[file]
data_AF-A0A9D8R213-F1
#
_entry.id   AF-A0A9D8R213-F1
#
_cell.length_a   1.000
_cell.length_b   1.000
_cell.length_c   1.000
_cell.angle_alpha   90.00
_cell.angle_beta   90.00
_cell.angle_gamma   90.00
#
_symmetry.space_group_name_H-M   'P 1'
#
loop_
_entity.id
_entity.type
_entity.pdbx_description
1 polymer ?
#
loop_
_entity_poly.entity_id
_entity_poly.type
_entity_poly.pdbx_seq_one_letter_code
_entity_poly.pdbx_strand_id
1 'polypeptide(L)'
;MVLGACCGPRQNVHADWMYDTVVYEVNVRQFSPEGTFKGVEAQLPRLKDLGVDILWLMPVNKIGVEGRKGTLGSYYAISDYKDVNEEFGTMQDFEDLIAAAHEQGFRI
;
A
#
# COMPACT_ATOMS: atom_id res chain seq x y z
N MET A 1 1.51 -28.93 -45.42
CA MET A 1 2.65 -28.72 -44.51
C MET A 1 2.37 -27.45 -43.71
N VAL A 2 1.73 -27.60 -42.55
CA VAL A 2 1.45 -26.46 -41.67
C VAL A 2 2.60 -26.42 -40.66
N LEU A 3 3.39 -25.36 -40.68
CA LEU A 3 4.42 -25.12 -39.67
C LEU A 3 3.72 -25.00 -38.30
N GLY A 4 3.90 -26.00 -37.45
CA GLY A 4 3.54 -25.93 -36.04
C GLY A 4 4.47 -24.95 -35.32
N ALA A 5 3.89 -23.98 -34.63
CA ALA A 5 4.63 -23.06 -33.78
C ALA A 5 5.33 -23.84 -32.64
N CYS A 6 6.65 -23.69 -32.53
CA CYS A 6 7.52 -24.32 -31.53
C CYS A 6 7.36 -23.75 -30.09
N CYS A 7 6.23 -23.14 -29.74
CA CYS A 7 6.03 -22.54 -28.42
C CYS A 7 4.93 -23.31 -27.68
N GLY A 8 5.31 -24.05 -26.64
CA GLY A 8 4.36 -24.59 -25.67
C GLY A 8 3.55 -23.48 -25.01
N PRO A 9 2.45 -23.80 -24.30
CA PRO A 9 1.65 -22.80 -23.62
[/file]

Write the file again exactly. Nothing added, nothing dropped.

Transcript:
data_AF-A0A9D8R213-F1
#
_entry.id   AF-A0A9D8R213-F1
#
_cell.length_a   1.000
_cell.length_b   1.000
_cell.length_c   1.000
_cell.angle_alpha   90.00
_cell.angle_beta   90.00
_cell.angle_gamma   90.00
#
_symmetry.space_group_name_H-M   'P 1'
#
loop_
_entity.id
_entity.type
_entity.pdbx_description
1 polymer ?
#
loop_
_entity_poly.entity_id
_entity_poly.type
_entity_poly.pdbx_seq_one_letter_code
_entity_poly.pdbx_strand_id
1 'polypeptide(L)'
;MVLGACCGPRQNVHADWMYDTVVYEVNVRQFSPEGTFKGVEAQLPRLKDLGVDILWLMPVNKIGVEGRKGTLGSYYAISDYKDVNEEFGTMQDFEDLIAAAHEQGFRI
;
A
#
# COMPACT_ATOMS: atom_id res chain seq x y z
N MET A 1 1.51 -28.93 -45.42
CA MET A 1 2.65 -28.72 -44.51
C MET A 1 2.37 -27.45 -43.71
N VAL A 2 1.73 -27.60 -42.55
CA VAL A 2 1.45 -26.46 -41.67
C VAL A 2 2.60 -26.42 -40.66
N LEU A 3 3.39 -25.36 -40.68
CA LEU A 3 4.42 -25.12 -39.67
C LEU A 3 3.72 -25.00 -38.30
N GLY A 4 3.90 -26.00 -37.45
CA GLY A 4 3.54 -25.93 -36.04
C GLY A 4 4.47 -24.95 -35.32
N ALA A 5 3.89 -23.98 -34.63
CA ALA A 5 4.63 -23.06 -33.78
C ALA A 5 5.33 -23.84 -32.64
N CYS A 6 6.65 -23.69 -32.53
CA CYS A 6 7.52 -24.32 -31.53
C CYS A 6 7.36 -23.75 -30.09
N CYS A 7 6.23 -23.14 -29.74
CA CYS A 7 6.03 -22.54 -28.42
C CYS A 7 4.93 -23.31 -27.68
N GLY A 8 5.31 -24.05 -26.64
CA GLY A 8 4.36 -24.59 -25.67
C GLY A 8 3.55 -23.48 -25.01
N PRO A 9 2.45 -23.80 -24.30
CA PRO A 9 1.65 -22.80 -23.62